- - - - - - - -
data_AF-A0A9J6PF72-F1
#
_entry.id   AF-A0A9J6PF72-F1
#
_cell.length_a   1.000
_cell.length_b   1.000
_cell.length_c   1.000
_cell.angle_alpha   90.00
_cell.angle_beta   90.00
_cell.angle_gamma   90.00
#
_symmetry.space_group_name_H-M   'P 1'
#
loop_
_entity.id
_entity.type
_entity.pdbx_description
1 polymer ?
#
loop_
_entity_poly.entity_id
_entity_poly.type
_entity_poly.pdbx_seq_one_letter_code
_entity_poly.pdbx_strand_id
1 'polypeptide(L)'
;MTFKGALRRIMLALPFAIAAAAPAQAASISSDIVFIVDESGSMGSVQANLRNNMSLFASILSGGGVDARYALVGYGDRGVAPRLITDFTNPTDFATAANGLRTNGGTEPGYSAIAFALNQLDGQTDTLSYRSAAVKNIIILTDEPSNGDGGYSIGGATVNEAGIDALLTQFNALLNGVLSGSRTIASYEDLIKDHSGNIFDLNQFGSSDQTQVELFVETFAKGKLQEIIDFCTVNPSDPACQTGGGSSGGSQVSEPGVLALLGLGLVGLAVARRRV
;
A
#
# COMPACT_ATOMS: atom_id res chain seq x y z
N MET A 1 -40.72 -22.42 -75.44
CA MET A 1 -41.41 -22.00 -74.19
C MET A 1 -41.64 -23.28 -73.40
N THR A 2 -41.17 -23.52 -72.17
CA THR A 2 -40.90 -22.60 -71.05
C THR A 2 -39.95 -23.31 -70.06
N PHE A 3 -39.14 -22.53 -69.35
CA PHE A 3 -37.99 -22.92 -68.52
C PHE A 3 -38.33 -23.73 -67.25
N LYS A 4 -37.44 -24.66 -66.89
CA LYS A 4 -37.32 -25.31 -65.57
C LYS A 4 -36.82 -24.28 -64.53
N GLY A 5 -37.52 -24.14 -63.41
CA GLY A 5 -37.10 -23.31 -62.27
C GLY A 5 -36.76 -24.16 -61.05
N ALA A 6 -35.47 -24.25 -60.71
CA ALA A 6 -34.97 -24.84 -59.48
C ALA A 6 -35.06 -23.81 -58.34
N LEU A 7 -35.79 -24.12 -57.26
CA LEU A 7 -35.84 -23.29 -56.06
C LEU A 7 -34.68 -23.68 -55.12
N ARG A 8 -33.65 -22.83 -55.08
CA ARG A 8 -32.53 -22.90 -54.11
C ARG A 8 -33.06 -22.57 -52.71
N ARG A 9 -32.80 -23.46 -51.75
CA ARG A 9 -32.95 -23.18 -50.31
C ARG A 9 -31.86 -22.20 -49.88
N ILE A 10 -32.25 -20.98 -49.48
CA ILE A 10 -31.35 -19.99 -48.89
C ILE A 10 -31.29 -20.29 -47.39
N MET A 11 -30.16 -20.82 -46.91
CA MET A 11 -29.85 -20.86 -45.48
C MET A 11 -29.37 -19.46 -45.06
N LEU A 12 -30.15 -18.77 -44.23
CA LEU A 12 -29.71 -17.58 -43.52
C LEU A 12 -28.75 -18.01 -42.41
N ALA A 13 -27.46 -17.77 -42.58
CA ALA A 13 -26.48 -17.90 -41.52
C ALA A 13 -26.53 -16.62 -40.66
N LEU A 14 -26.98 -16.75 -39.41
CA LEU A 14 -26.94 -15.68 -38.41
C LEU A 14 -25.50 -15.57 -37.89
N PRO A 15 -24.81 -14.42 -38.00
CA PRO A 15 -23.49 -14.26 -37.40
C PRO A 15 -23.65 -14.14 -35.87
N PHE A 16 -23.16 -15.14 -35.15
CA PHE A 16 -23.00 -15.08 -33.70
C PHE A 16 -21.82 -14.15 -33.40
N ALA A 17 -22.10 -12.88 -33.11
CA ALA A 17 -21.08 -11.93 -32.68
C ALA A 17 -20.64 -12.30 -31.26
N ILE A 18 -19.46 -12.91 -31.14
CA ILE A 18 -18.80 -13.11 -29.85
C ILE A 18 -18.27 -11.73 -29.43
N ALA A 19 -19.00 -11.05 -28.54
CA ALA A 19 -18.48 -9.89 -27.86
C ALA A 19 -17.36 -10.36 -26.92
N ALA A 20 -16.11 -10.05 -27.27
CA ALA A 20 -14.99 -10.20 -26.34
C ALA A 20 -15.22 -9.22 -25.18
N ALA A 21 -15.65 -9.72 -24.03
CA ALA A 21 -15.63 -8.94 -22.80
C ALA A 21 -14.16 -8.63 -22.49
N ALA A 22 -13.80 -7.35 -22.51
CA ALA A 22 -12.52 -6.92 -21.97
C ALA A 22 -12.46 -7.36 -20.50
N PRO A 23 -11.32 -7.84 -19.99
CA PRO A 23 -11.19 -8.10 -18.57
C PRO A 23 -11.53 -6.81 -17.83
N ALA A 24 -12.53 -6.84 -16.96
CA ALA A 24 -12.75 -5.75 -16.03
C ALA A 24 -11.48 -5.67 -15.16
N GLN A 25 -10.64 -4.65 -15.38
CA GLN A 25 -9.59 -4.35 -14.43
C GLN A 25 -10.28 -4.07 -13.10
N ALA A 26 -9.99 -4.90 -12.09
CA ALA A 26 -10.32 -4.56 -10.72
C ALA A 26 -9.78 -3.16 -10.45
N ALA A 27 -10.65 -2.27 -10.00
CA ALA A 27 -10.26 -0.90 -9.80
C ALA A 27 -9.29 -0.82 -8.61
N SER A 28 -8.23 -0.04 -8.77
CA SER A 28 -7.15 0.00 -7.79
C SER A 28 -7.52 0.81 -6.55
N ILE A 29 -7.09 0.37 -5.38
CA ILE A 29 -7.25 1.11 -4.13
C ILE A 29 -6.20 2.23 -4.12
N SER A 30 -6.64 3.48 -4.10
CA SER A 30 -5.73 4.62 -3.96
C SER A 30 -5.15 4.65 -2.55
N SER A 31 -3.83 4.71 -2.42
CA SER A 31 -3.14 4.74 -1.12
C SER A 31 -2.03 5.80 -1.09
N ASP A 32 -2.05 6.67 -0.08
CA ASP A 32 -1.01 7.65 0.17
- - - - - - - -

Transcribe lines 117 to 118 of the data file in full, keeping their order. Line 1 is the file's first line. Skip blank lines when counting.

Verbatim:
C ILE A 29 -6.20 2.23 -4.12
N SER A 30 -6.64 3.48 -4.10